I was lucky enough to spend a long weekend on Mackinac Island (pronounced mack-in-aw) to celebrate Meg’s bachelorette party. I’d take this party over Vegas any day. Meg’s two aunts have homes on Mackinac Island and one of them offered to let us use her home as our party house! Just kidding. In between the fun times, we cleaned up after ourselves, did the dishes, a little laundry and took the adorable dog, Winky, for a long walk. A long walk where I slipped and slow-motion fell in mud and then we laughed until we cried.
If you don’t know about Mackinac Island, it’s a small island located in Lake Huron between Michigan’s lower and upper peninsulas. The view from the island is spectacular and the streets are lined with charming homes and bed and breakfasts. It can be very touristy downtown, but since we were staying with locals, we had the insider’s tour of the island.
I took the picture below at a rest stop on the way. Fun fact: We (Michigan folks) use our hands as a map. You know, to point out cities, places of interest, where we grew up, etc. It’s what we do.
You need to take one of several ferries to get to the island. Our road trip had been windy and sunny, but when we arrived to take the ferry, huge gray clouds loomed. We were awed by the weather and also afraid of being poured on. Thankfully, only a few sprinkles dropped on us. It was still a beautiful ferry ride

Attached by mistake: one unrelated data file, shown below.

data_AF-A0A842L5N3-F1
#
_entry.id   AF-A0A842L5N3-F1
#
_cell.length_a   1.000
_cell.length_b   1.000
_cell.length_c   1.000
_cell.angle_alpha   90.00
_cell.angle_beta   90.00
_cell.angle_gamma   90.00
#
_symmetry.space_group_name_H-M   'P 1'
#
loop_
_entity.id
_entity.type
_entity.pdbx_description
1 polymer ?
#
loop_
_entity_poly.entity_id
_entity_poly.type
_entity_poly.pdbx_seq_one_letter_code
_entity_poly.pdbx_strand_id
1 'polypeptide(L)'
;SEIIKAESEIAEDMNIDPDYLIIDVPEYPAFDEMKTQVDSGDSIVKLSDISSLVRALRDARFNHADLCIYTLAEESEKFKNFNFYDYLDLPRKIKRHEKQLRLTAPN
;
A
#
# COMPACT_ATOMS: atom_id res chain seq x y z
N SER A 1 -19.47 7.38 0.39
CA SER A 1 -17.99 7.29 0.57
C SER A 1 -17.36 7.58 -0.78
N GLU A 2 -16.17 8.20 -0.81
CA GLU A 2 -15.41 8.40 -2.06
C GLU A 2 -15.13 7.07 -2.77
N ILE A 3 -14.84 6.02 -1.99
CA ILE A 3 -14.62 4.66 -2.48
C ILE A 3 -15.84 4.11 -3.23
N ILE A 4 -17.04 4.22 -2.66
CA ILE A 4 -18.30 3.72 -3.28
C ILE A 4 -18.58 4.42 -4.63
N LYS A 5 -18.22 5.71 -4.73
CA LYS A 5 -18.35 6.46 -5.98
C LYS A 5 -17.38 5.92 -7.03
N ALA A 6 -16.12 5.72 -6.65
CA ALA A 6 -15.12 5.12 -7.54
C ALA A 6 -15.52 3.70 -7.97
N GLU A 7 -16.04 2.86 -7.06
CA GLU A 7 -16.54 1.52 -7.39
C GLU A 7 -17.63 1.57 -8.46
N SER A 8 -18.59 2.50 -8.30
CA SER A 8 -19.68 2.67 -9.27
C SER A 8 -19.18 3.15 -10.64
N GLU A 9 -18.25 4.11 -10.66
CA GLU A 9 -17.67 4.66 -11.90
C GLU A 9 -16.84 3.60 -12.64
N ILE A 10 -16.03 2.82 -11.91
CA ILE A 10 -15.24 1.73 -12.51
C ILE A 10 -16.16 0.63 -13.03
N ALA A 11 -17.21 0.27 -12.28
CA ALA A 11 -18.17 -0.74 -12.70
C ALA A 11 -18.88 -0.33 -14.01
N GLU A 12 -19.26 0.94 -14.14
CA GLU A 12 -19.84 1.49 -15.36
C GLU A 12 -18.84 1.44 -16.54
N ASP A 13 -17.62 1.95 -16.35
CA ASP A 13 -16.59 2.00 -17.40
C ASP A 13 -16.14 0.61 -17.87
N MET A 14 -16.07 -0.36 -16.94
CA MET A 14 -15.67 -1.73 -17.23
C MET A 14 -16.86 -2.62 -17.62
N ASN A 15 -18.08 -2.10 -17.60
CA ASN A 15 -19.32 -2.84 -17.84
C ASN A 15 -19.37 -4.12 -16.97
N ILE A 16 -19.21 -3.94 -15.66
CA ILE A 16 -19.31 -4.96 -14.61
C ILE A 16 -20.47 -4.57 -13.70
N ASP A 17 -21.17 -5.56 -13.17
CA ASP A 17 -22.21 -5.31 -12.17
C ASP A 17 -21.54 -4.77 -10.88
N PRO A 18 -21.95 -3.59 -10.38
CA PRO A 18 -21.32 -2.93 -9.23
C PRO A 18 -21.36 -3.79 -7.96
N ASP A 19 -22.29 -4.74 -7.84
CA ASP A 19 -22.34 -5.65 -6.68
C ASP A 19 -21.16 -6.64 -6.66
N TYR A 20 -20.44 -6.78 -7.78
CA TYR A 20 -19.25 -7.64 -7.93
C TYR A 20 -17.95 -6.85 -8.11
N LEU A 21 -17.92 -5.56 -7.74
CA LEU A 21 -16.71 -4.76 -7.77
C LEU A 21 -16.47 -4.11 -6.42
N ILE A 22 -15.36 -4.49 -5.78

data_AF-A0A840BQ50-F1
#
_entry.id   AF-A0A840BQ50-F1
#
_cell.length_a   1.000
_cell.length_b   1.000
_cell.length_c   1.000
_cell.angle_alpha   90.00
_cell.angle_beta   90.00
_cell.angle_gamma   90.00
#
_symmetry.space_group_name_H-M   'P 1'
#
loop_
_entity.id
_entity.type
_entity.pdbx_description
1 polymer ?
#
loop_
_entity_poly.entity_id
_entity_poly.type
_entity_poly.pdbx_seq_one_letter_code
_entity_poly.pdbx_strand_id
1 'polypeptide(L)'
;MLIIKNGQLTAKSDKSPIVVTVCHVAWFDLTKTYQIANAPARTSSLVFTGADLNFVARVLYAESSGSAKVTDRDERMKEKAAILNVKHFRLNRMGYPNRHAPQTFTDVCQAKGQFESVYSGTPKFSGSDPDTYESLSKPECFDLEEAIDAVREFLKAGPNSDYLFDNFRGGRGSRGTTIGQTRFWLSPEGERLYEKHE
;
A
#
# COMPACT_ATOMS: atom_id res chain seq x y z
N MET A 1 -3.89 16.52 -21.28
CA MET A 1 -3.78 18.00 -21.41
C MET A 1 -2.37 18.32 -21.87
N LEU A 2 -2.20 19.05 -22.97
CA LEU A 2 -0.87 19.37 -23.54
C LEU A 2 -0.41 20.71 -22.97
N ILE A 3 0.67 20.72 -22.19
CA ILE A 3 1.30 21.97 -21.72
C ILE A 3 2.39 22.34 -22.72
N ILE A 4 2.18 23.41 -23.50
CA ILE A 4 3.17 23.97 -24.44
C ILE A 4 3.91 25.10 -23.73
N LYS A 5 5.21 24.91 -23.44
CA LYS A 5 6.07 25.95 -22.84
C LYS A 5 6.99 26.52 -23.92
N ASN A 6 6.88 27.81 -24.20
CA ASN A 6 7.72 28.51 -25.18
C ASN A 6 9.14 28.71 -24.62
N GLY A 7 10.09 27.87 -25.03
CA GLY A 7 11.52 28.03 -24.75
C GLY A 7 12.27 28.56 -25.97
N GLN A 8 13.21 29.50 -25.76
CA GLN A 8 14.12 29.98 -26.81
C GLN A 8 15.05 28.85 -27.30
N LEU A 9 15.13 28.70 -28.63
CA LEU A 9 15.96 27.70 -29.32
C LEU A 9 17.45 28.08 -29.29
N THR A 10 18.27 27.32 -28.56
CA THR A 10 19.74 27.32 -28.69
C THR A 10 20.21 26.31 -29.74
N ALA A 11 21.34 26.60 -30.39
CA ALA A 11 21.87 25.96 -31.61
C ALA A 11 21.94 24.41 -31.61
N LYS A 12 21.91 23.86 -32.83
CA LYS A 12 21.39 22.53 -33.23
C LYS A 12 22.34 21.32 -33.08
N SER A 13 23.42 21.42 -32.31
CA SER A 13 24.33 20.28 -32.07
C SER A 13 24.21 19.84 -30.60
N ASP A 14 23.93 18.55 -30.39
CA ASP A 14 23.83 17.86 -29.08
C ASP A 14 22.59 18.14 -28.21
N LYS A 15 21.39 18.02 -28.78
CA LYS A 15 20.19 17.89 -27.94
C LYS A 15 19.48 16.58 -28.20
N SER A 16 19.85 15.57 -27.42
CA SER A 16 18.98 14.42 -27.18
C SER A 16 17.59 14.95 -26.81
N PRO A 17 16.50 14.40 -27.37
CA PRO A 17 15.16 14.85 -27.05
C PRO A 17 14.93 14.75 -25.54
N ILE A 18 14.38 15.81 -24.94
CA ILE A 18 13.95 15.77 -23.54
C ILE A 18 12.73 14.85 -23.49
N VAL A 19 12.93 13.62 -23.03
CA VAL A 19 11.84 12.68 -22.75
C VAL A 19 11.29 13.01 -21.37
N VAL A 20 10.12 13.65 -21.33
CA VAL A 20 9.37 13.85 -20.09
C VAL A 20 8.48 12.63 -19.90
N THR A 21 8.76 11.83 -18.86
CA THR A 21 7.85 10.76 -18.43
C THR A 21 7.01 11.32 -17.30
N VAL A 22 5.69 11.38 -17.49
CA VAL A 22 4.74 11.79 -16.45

Only emergency motorized vehicles are allowed on the island and your transportation choices are walk, ride a bike or take a horse-drawn carriage. Our entourage amassed an impressive amount of luggage and coolers, so two of us hopped on the carriage taxi while the other gals rode bikes to the house.
The first night, Meg’s aunts hosted a barbecue for us and it was just so nice! The barbecue was at her other aunt’s home and it is very close to Fort Mackinac. The fort was established in the late 18th century by the British to control the straits of Mackinac and in turn, the great lakes fur trade, during the American Revolutionary War. It was funny how her aunts didn’t skip a beat while telling a story as a cannon shot or when taps began to play lightly in the distance.
The next morning we went downtown to sample fudge and do a little shopping. Mackinac Island fudge is famous (in Michigan at least) and there are several shops where you can buy it in a variety of flavors. Mackinac Island Fudge is a popular ice cream flavor in Michigan, too. It was always my best friend’s favorite flavor while growing up.